Patients with newly diagnosed, advanced BRCA-mutated ovarian cancer who experienced complete or partial response following platinum-based chemotherapy continued to exhibit benefit in progression-free survival when receiving olaparib at long-term follow up versus placebo as first-line maintenance.
Patients with newly diagnosed, advanced BRCA-mutated ovarian cancer who experienced complete or partial response following platinum-based chemotherapy continued to exhibit benefit in progression-free survival (PFS) when receiving olaparib (Lynparza) at long-term follow up versus placebo as first-line maintenance, according to a press release from AstraZeneca.1
With 5-year follow-up, the SOLO-1 trial [NCT01844986] has the longest follow-up analysis for any PARP inhibitor used in as first-line maintenance.
“Once a patient’s ovarian cancer recurs, it historically has been incurable,” José Baselga, MD, PhD, executive vice president of Oncology Research & Development, said in a statement. “Even at an advanced stage, we have shown that maintenance treatment with Lynparza can help patients achieve sustained remission. [These] results further underline the critical importance of identifying a patient’s biomarker status at the time of diagnosis to offer a treatment that may help delay disease progression.”
On this phase 3, double-blind, placebo controlled, multicenter trial of olaparib, patients had a median PFS of 56.0 months compared with 13.8 months on placebo at 5 years. Olaparib reduced the risk of disease progression or death by 67% (HR, 33%; 95% CI, 0.25-0.43). There were 48.3% of patients who did not have disease progression when receiving olaparib versus 20.5% for patients receiving placebo.
There was a median recurrence-free survival was not reached by the time of this follow-up versus a median of 15.3 with placebo (HR, 0.37; 95% CI, 0.27-0.52). There was a median duration of treatment of 24.6-month with the PARP inhibitor compared with 13.9 months with placebo.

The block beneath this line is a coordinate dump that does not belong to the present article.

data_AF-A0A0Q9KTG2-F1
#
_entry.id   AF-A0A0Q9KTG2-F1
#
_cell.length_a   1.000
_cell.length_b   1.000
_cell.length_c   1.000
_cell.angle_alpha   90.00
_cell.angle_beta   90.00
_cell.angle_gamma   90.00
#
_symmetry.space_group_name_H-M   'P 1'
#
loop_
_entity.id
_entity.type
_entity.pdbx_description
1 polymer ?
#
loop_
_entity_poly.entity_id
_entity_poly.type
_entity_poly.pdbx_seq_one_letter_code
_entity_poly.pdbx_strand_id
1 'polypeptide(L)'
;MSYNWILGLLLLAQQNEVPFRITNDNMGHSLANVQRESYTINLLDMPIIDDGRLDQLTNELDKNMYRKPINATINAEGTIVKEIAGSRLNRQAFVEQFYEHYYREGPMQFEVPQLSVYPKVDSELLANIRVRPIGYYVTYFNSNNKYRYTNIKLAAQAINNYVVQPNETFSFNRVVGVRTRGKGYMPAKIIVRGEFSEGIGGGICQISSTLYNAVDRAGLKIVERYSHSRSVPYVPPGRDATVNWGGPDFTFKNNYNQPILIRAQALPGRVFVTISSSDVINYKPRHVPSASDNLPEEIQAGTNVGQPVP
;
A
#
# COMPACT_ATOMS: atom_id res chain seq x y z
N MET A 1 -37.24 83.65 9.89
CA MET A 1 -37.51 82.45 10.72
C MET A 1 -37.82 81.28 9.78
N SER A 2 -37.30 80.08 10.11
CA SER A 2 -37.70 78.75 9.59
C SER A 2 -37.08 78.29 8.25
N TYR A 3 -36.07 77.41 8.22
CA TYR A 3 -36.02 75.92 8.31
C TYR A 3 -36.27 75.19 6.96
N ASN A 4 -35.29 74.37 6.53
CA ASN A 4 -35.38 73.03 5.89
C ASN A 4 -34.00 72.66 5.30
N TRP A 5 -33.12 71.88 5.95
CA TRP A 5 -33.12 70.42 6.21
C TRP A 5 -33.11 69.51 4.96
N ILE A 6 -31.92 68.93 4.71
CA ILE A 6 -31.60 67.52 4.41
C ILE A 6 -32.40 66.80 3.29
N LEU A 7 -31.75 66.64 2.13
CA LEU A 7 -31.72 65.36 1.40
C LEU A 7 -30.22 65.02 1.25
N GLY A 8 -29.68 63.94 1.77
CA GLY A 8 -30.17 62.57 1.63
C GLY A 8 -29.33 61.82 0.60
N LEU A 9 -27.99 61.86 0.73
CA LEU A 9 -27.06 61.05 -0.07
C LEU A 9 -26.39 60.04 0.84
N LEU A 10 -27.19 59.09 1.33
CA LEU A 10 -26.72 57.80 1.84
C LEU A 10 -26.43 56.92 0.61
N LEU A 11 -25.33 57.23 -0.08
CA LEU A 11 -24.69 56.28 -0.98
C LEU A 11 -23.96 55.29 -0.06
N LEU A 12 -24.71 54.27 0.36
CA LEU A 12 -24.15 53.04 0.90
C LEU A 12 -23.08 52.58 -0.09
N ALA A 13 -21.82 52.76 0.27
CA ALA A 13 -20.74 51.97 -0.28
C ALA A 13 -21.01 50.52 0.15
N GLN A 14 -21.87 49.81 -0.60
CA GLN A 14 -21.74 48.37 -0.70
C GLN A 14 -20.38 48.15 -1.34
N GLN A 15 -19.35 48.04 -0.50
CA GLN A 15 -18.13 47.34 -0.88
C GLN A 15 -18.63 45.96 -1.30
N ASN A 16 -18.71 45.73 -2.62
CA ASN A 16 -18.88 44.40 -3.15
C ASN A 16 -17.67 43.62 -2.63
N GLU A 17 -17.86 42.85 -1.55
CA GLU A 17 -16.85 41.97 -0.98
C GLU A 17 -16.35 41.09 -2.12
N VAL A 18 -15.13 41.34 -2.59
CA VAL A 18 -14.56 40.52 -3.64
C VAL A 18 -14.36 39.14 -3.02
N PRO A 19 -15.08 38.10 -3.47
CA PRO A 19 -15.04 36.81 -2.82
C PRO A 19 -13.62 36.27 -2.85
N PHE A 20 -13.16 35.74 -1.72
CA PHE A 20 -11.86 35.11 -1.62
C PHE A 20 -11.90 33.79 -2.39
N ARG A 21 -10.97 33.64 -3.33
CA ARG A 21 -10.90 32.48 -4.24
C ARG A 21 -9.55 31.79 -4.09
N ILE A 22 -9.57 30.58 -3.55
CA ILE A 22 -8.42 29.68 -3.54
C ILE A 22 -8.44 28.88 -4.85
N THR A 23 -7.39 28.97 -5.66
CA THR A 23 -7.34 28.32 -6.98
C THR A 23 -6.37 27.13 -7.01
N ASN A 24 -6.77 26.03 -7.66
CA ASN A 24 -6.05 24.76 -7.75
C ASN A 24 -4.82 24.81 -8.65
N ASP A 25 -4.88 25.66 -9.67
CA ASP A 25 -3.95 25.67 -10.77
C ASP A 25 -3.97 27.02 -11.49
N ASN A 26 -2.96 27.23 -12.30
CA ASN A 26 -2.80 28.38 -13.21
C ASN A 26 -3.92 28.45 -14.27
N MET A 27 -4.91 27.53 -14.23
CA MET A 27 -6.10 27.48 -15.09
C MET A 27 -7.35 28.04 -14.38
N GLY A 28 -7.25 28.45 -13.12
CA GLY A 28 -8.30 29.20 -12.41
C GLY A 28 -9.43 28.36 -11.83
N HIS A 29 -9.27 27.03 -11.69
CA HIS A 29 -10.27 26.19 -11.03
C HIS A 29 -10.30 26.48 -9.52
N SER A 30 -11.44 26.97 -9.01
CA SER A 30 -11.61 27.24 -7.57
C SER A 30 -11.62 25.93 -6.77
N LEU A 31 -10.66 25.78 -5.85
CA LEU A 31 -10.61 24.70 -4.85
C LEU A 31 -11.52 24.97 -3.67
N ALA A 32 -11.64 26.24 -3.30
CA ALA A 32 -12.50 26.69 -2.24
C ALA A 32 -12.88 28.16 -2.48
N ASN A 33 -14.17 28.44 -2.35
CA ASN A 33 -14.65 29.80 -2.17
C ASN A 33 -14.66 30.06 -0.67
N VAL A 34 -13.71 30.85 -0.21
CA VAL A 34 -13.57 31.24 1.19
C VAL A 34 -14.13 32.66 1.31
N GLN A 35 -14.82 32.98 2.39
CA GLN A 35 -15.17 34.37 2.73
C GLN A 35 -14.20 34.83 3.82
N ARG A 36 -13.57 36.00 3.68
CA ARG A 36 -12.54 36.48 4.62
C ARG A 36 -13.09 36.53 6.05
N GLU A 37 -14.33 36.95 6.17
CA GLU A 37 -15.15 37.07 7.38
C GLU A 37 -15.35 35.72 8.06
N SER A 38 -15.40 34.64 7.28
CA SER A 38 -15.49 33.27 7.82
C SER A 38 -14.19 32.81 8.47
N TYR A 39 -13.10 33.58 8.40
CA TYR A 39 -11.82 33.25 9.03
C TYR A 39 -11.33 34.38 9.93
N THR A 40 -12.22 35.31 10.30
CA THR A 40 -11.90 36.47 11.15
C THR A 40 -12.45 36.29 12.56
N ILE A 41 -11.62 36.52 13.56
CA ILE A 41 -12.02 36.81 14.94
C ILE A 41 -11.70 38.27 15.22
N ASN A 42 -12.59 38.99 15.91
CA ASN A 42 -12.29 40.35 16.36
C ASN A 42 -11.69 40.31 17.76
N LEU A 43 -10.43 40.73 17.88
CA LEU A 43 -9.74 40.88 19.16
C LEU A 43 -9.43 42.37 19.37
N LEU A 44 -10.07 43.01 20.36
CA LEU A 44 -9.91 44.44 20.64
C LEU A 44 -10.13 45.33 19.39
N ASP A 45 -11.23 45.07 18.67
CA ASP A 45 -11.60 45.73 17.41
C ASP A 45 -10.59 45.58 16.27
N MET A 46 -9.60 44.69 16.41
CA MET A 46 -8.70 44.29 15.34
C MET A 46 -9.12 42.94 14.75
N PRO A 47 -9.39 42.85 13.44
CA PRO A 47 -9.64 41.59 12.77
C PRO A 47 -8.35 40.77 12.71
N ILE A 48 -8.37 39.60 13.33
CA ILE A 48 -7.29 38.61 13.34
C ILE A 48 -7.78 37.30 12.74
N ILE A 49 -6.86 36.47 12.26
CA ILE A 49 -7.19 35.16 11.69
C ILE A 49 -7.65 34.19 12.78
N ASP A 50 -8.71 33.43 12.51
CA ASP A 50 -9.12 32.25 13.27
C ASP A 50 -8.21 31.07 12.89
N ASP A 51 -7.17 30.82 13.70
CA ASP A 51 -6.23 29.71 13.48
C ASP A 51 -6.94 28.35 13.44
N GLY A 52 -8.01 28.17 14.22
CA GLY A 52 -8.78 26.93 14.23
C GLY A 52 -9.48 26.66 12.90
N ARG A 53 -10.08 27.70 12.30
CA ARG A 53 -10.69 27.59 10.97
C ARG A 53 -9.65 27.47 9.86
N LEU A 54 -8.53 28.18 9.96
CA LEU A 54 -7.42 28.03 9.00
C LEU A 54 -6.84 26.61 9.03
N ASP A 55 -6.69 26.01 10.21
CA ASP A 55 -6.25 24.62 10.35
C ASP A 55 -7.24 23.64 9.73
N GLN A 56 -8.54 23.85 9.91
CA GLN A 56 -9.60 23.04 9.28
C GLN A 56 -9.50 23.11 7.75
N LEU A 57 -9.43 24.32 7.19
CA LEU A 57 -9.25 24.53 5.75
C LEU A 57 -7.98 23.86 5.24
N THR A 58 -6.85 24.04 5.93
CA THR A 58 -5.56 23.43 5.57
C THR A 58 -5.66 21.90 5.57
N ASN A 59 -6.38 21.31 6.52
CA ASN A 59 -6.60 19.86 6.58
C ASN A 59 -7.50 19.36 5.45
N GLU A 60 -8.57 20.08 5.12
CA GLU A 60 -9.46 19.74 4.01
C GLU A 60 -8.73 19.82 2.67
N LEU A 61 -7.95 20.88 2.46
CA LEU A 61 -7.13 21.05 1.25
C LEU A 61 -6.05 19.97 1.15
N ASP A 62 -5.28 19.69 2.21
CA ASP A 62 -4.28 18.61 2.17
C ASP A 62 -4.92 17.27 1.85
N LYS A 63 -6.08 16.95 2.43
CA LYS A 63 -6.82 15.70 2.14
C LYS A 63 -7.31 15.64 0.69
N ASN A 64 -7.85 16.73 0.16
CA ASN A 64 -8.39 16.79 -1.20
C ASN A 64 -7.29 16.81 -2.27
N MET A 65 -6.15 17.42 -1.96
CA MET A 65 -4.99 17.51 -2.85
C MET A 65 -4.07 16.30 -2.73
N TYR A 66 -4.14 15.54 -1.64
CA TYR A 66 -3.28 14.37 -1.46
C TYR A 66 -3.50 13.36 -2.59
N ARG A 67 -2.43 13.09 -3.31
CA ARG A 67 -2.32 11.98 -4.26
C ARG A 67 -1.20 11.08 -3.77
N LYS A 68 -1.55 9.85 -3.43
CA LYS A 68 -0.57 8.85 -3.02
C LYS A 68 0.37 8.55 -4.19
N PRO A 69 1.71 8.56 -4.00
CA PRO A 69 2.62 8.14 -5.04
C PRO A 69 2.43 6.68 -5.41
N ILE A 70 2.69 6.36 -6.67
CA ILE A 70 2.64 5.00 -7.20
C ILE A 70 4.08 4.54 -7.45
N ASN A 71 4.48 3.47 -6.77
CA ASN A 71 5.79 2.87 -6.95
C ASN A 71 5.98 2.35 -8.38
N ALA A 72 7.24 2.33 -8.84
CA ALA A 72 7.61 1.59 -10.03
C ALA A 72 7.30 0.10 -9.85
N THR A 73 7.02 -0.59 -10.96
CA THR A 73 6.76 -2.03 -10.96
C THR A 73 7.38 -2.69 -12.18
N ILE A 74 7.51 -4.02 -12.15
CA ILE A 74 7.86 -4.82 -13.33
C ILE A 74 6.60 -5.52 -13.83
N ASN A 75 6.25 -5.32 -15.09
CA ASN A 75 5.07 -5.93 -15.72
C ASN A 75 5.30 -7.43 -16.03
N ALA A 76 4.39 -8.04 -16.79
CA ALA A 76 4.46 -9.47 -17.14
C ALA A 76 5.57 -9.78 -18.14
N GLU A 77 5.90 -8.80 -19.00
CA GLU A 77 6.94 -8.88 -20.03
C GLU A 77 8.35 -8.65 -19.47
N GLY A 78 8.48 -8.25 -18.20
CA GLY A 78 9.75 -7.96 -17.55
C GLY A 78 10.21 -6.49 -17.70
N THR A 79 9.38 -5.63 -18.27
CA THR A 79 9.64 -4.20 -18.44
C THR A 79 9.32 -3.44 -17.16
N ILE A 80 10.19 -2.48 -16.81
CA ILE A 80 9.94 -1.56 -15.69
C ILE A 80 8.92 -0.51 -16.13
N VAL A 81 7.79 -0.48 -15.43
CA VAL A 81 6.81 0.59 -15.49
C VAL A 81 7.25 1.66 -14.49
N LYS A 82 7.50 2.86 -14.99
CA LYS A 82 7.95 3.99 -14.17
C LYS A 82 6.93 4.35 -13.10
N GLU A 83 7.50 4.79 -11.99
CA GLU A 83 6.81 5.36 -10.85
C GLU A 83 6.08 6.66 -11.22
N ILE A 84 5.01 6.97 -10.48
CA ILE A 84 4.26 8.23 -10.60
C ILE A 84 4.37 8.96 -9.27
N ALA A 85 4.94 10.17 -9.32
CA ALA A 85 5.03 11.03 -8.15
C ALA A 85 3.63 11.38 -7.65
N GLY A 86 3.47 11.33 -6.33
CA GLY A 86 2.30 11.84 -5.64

For olaparib, PFS went from 87.7% at 1 year, 73.6% at 2 years, 60.1% at 3 years, 52.3% at 4 years, to 48.3% at 5 years versus 51.4%, 34.6%, 26.9%, 21.5%, and 20.5% with placebo, respectively. The recurrence-free survival at years 1 through 5 for olaparib were 91.0%, 77.2%, 64.0%, 55.2%, and 51.9% compared with 58.0%, 39.0%, 28.9% 23.0%, and 21.8% for placebo.
Olaparib’s toxicity profile consisted of nausea in 77% of patients, fatigue/asthenia in 63%, vomiting in 40%, anemia in 39%, and diarrhea in 34% as the most common adverse events. The most common grade 3 and above events were anemia in 22% and neutropenia in 9% of patients. There were 12% of patients who discontinued treatment with olaparib due to an adverse event.
“For patients with newly diagnosed BRCA-mutated advanced ovarian cancer, the benefit derived from 2 years of maintenance treatment with Lynparza continued long after treatment ended,” Susana Banerjee, MBBS, MA, PhD, an investigator from the SOLO-1 trial and consultant medical oncologist at The Royal Marsden NHS Foundation Trust and Reader at The Institute of Cancer Research, London, said in a press release.
“After five years, almost half of women were free of cancer progression. These results represent a significant step forward in the treatment of BRCA-mutated advanced ovarian cancer,” she continued in her statement.
Olaparib was approved in the United States and multiple other countries after SOLO-1 met its primary end point in 2018.2
For the 391 patients on the trial randomized 2:1 to olaparib, treatment was given at 300 mg twice a day as maintenance monotherapy after they had received a platinum-based therapy in the front line. Treatment with olaparib or placebo was given for up to 2 years or until disease progression, and patients who had partial response at 2 years were allowed to stay on therapy at the investigator’s discretion.
“This is the first trial of a PARP inhibitor to read out a five year follow up and showed Lynparza improved PFS to over 4 and half years versus 13.8 months with placebo following response to 1st-line platinum-based chemotherapy. This latest data represents a major and significant milestone in a disease which has historically had such a poor prognosis,” Roy Baynes, MD, PhD, the senior vice president and head of Global Clinical Development, and chief medical officer at MSD Research Laboratories, said in a press release.
1. Lynparza improved median time patients lived without disease progression to over four and half years in BRCA-mutated advanced ovarian cancer vs. just over one year with placebo. News release. AstraZeneca. Published September 18, 2020. Accessed September 18, 2020. https://bit.ly/2RB9cfA
2. FDA approves olaparib plus bevacizumab as maintenance treatment for ovarian, fallopian tube, or primary peritoneal cancers. FDA. Updated May 11, 2020. Accessed September 18, 2020. https://bit.ly/3hH0ffm